There must be some data somewhere,or how are we ever going to get to Mars! and further(solar flares) as when the sun dies off i dont want my decendants trapped here lol
    cheers guys REAPS
     
  6. Jan 19, 2005 #5
    Well, as you may know the van Allen belt is a result of the Earth's magnetic field. When charged particles travel through a magnetic field they have a force exerted on them perpendicular to both their velocity and the direction of the magnetic field. This causes the charged particles to spirl towards the Earth's poles (this is why you only see the aural borelis(sp?) near the north and south poles, charged particles are attracted to the poles and react with Earth's atmosphere).

    Now to get to your question. The bulk of these particles include alpha and beta rays, rogue electrons, and ionized hydrogen (H+). Most of these particles are emitted from the sun and therefore traveling away from the sun, like a wind. Infact, along with the gas and plasma the sun gives off, they call this the "solar wind."

    Alpha rays: These particles aren't really "rays," they are bare helium nuclei (helium atoms that have lost their electrons hence becoming positively charged) traveling through space. They are complosed of two neutrons and two protons and have a charge of +2.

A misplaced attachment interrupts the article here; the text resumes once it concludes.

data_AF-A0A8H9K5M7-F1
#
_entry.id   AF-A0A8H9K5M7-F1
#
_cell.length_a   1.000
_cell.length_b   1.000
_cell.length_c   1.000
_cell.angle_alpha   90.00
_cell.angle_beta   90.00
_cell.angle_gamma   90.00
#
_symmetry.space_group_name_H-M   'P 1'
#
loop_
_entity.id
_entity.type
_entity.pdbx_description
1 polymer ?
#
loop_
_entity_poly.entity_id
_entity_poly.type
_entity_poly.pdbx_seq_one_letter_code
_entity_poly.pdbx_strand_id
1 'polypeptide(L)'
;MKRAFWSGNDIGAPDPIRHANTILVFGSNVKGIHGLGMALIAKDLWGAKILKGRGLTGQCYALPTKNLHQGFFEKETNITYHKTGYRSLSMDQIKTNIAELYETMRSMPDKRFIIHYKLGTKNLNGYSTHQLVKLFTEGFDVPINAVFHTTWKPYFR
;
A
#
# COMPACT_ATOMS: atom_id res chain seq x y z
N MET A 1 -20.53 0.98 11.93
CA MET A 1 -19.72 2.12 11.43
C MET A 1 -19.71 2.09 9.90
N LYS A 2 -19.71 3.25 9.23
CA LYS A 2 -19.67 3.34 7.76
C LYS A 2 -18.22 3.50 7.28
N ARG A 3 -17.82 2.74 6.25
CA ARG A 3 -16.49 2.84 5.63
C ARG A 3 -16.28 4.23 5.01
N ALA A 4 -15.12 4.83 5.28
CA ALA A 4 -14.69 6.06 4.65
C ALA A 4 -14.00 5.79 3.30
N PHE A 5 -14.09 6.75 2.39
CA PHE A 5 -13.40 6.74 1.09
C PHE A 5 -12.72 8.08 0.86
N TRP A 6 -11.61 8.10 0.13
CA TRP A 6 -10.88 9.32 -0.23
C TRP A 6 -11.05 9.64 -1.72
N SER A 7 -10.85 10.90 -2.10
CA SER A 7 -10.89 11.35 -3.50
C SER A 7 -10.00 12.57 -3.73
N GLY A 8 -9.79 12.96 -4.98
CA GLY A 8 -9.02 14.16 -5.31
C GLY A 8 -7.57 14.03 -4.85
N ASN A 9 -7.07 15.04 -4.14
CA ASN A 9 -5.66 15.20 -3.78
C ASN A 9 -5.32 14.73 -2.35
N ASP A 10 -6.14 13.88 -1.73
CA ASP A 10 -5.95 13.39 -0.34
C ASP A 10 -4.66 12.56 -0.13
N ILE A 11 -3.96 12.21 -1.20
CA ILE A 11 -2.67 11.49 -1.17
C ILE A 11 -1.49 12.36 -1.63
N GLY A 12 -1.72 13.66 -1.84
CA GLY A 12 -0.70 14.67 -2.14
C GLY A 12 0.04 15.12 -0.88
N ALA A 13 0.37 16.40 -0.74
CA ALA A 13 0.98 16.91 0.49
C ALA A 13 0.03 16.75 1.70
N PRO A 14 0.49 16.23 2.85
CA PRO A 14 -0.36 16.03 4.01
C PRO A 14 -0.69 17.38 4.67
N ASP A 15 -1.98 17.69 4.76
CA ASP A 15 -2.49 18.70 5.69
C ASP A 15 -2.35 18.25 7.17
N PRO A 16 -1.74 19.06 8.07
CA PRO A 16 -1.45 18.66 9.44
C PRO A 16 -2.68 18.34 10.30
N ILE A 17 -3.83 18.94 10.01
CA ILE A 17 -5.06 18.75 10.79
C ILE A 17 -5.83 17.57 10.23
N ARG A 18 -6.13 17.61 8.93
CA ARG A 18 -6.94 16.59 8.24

Beta rays: Like alpha rays, these aren't really "rays" either. They are positrons. A positron is a subatomic particle and is the anti-matter counterpart to the electron. Unlike the electron a positron has a positive electric charge and magnetic properties but has the same mass. These are created in the sun via nuclear fusion.

    Hope that helps you! I can't think of any related sites off the top of my head though.
     
  7. Jan 19, 2005 #6
  8. Jan 19, 2005 #7

    DB

    User Avatar

    This I did not know. So within the outer Belt of Earth for example, Beta e+ (positrons) are caught in the magnetic field sent from the sun? Why positrons and not electrons?
     
  9. Jan 19, 2005 #8

    Chronos

    User Avatar
    Science Advisor
    Gold Member
    2015 Award

    Good question. Beta radiation includes both positrons and electrons. Nuclei with an excess of neutrons decay by converting a neutron into a proton, electron and antineutrino. Nuclei deficient in neutrons decay by converting a proton into a neutron, positron and neutrino.

    Getting back to the original question, the van allen belts are not particularly hazardous to space travel. Even in highest radiation flux regions, an astronaut could survive several months before receiving a lethal dose. Of course they spend nowhere near that much time in the belts and flight paths are chosen to pass through low intensity regions. Solar flares, on the other hand, are the greatest threat according to NASA. The risk in traveling to the moon is minimal since large flares are infrequent and can be anticipated over a short period of time. On a trip to mars, the risk would be very real. The astronauts can, however, be protected to a significant extent by providing a shielded retreat for them to hole up and ride out a solar storm.
     
    Last edited: Jan 19, 2005
  10. Jan 19, 2005 #9

    DB

    User Avatar

    Thanks Chronos. I have an assumtion and I dont know if its right. I've read that a neutron can't last on it's own for more than a few milli-seconds, then it coverts into a proton (I think it's due to the quarks). Since a proton has a bit smaller mass than a neutron, is the loss in mass converted into an electron an anti-neutrino?